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East County Wednesday, Jan. 6, 2010 8 years ago

Residents bring military tradition to Sarasota

by: Pam Eubanks Senior Editor

LAKEWOOD RANCH — For years, horse-drawn caisson burials have been provided for military officers at Arlington National and Fort Sam Houston cemeteries.

Now, they are being provided to fallen heroes in Sarasota as well. Lakewood Ranch Golf and County Club residents Gene Sweeney and Mike Evers and longtime Arabian horse breeder Karin McMurtrie are leading local efforts to provide the horse-drawn caisson burials at Sarasota National Cemetery through McMurtrie’s business, Honors For Service, a unit of Hawk’s Flight Services. The first ceremony, held on Nov. 10, marked not only the first service conducted by Hawk Flight Services but also the first burial of its kind outside Arlington and Fort Sam Houston cemeteries.

“It’s truly an honor to be able to offer this service outside Arlington,” said Sweeney, a Vietnam veteran. “It’s an honor to be able to offer that service to families who, up until this year, were not eligible for this prestigious burial service.”

In January 2009, the honor of having a caisson burial was opened up to all service members who died from wounds received as a result of enemy action.

During a caisson burial ceremony, a flag-draped casket is placed upon a caisson wagon pulled by two horses and flanked by three soldiers on each side. A single outrider and a foot soldier lead the procession. A single rider-less horse, called a caparisoned horse, follows behind the casket of an Army or Marine Crops officer who was a colonel or above, or the casket of a president.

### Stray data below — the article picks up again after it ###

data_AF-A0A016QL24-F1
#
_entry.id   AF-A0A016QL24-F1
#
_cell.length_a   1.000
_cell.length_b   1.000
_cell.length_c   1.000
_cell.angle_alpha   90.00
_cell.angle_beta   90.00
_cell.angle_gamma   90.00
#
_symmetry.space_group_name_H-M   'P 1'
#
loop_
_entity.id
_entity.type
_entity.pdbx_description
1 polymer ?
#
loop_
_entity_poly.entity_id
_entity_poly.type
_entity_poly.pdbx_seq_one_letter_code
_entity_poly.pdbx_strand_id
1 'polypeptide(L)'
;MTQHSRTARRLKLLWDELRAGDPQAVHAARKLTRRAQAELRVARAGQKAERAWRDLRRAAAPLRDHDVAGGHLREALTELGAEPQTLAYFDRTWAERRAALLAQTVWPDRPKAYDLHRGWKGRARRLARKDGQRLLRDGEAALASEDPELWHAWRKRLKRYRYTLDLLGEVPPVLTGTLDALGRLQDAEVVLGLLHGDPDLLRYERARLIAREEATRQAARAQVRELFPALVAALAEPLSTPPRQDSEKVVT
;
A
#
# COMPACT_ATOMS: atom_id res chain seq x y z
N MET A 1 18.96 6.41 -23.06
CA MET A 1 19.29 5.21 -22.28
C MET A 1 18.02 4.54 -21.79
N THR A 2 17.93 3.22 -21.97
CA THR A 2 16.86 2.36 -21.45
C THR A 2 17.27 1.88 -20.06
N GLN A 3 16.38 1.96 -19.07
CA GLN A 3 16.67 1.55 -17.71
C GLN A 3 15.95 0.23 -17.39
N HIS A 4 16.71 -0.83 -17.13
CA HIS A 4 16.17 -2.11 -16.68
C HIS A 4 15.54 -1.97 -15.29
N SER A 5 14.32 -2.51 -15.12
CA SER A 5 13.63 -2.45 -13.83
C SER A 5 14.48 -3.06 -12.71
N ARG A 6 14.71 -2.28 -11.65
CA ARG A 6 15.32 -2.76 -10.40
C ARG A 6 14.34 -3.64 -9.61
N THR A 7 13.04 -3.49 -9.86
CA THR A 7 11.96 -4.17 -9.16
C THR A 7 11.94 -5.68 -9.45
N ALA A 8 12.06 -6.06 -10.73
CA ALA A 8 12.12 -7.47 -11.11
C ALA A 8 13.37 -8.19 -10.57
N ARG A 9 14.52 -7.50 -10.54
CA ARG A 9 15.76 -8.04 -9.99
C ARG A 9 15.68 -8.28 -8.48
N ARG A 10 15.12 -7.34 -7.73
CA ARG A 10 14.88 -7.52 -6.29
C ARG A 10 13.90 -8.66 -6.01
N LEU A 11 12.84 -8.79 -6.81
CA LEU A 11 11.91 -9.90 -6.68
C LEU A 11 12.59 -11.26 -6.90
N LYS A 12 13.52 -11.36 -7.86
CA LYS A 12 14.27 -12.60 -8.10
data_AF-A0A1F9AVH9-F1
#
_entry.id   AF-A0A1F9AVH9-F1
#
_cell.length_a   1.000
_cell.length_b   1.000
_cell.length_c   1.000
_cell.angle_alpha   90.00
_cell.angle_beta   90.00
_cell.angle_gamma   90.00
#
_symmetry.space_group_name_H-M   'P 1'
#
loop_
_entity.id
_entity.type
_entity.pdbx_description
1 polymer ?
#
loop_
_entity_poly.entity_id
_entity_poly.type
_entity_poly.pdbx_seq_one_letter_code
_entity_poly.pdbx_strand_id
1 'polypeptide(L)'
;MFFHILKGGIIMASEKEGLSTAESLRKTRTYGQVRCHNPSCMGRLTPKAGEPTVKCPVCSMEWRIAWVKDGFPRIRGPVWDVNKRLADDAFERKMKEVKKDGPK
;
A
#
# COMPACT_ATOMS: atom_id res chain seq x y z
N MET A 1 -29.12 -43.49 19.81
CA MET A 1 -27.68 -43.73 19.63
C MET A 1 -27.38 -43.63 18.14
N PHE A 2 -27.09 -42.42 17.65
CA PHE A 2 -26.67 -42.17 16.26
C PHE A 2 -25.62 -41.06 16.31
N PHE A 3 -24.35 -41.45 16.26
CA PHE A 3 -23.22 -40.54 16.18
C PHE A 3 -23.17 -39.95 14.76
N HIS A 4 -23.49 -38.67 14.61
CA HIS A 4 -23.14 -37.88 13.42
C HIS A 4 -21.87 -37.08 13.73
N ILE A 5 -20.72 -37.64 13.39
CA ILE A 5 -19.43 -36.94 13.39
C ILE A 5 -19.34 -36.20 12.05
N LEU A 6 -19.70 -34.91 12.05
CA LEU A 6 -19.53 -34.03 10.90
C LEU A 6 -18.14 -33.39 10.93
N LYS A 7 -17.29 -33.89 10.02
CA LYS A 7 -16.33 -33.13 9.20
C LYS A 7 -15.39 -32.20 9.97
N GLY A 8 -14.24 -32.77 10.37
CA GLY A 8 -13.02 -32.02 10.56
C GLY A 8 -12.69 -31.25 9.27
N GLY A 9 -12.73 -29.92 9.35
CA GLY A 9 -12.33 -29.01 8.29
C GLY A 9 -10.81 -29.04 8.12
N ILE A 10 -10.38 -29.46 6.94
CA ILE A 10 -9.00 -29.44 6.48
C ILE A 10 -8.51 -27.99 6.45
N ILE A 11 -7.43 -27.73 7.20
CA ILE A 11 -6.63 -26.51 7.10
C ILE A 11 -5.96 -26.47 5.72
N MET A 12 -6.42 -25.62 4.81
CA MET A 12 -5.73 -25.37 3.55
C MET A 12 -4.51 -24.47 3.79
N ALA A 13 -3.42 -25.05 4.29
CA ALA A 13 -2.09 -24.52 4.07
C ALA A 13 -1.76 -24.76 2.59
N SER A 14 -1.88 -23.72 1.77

“It’s very steeped in history and tradition,” McMurtrie said.

McMurtrie, a 30-year veteran of the Arabian horse industry, approached officials of the Sarasota National Cemetery about a year ago with the idea.

“At first, no one was sure how we would do this,” he said. “It’s never been done for a private entity providing the (service) at a veteran’s (cemetery). We had to go through quite a few hoops and learn protocol.”

But now with the first ceremony completed, McMurtrie and her team are moving forward, working carefully to ensure the service Honors For Service provides is up to military standards.

The caisson itself, as well as the tack and harnesses for the horses, are exact replicas of the equipment used in caisson burials at Fort Sam Houston and Arlington cemeteries. Uniforms for individuals who walk alongside the wagon will be replications of the Civil War Union Artillery uniforms, McMurtrie said.

Hawk Flight Services personnel also are undergoing training with the U.S. Army Caisson Platoon at Arlington to ensure services are an exact replica of the service provided there.

Sweeney and Evers said they already are seeing a demand for their services, but the company is in the process of acquiring horses and working out other details before moving forward with more business.
“We have, at this point, literally asked people to be patient,” Sweeney said.

For now, Sweeney, executive vice president of business development, and Evers, president and CEO, are spreading the word about the company. Sweeney said he will work with local funeral homes as well as local VFW and American Legion posts, which would be able to raise money for caisson burials for families of veterans who cannot afford the service.

“We’re very sensitive to the expense of this as well,” Sweeney said. “The community is the heartbeat of what this is about.”

The men said Honors For Service hopes to begin offering the burial honors daily at Sarasota National in the near future and also to license other businesses to provide the service at other national cemeteries in Florida, and then throughout the country.

“This is a wonderful venture that is evolving,” Evers said.

For more information, contact Sweeney at (770) 330-7683 or visit

Contact Pam Eubanks at [email protected].

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